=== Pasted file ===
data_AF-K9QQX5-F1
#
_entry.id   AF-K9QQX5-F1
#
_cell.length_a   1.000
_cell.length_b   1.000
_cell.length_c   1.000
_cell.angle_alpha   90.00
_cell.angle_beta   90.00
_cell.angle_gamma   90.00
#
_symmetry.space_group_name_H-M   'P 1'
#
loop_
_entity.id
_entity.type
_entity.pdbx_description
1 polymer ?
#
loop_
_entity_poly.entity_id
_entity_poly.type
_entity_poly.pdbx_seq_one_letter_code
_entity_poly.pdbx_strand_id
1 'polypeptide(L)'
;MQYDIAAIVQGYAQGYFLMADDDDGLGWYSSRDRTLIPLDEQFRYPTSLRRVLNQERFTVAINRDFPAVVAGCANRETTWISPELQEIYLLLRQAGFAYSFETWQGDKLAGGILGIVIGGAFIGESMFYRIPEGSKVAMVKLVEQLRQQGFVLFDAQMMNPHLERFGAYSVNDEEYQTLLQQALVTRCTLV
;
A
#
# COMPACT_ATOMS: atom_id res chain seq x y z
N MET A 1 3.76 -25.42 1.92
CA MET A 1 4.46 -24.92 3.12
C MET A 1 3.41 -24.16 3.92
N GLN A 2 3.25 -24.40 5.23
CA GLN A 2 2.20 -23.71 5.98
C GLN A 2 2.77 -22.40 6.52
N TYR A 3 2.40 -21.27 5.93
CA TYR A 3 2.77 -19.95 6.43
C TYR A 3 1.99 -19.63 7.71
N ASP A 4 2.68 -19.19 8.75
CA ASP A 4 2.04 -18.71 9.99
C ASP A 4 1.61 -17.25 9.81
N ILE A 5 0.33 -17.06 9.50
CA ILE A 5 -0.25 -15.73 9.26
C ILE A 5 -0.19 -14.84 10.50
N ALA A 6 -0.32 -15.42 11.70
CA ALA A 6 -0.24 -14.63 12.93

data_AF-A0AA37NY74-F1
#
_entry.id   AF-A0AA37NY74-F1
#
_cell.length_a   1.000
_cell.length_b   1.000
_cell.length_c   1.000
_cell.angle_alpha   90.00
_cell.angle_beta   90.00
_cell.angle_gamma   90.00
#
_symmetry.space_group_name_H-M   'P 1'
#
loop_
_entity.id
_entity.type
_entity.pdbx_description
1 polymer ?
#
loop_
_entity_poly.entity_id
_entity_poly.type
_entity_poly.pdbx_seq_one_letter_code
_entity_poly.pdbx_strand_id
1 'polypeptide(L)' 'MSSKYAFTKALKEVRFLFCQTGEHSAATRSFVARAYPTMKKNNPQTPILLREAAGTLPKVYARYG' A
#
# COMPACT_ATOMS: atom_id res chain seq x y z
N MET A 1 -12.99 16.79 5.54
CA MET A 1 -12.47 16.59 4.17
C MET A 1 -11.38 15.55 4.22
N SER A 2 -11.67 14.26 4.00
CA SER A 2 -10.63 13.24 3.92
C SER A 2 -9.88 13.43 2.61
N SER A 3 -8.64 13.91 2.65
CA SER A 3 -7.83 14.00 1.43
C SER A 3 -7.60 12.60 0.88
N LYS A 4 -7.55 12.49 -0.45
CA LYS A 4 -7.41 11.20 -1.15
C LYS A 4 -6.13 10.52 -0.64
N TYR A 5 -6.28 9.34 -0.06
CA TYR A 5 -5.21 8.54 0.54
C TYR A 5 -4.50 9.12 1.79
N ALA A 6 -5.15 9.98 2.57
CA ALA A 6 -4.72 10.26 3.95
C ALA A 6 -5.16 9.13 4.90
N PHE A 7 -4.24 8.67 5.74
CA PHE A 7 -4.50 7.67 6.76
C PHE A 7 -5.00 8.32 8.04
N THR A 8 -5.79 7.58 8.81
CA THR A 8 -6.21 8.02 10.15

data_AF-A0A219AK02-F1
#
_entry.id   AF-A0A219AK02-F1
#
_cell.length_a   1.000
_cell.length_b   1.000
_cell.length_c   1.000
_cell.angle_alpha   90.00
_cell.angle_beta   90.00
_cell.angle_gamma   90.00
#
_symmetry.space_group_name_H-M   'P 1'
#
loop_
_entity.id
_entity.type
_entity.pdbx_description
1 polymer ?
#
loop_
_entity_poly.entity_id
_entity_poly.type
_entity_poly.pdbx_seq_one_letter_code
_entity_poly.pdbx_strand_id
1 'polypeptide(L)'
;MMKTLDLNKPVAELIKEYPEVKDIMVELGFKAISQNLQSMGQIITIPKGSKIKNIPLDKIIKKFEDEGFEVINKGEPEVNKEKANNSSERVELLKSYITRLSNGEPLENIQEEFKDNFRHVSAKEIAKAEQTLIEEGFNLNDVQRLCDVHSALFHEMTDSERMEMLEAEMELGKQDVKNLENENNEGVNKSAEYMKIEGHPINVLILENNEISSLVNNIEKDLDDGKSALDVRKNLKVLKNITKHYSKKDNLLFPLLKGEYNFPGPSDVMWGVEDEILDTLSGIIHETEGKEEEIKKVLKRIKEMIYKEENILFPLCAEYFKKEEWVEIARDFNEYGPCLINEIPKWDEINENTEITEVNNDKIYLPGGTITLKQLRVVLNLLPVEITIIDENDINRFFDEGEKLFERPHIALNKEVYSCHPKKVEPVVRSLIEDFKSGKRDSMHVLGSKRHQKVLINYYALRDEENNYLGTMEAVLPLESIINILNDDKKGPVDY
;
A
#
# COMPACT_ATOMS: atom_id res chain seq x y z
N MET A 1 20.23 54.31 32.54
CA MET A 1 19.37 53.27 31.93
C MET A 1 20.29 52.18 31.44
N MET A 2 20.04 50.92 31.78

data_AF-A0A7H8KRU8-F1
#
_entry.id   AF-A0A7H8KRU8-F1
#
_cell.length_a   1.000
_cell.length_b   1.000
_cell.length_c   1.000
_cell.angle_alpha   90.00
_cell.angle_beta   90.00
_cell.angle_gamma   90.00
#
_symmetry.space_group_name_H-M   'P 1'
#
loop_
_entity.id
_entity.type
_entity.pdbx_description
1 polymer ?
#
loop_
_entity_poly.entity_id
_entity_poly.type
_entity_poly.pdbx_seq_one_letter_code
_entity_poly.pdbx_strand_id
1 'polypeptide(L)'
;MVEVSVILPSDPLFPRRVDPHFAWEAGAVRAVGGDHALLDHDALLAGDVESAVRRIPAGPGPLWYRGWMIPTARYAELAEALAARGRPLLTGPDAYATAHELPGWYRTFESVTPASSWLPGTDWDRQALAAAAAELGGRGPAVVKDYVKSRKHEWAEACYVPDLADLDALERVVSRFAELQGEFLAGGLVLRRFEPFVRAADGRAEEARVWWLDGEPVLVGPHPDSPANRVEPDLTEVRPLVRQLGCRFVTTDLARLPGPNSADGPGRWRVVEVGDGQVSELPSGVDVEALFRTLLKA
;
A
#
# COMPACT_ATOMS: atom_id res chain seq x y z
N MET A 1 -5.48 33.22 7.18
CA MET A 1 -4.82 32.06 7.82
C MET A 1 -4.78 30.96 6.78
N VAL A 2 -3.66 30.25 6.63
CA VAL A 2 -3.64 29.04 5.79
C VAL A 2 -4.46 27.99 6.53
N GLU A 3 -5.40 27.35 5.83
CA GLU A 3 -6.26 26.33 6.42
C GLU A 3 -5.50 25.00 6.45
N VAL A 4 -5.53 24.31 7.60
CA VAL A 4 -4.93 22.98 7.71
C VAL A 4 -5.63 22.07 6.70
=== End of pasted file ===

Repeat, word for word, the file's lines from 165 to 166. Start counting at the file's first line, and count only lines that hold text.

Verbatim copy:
N VAL A 2 -3.66 30.25 6.63
CA VAL A 2 -3.64 29.04 5.79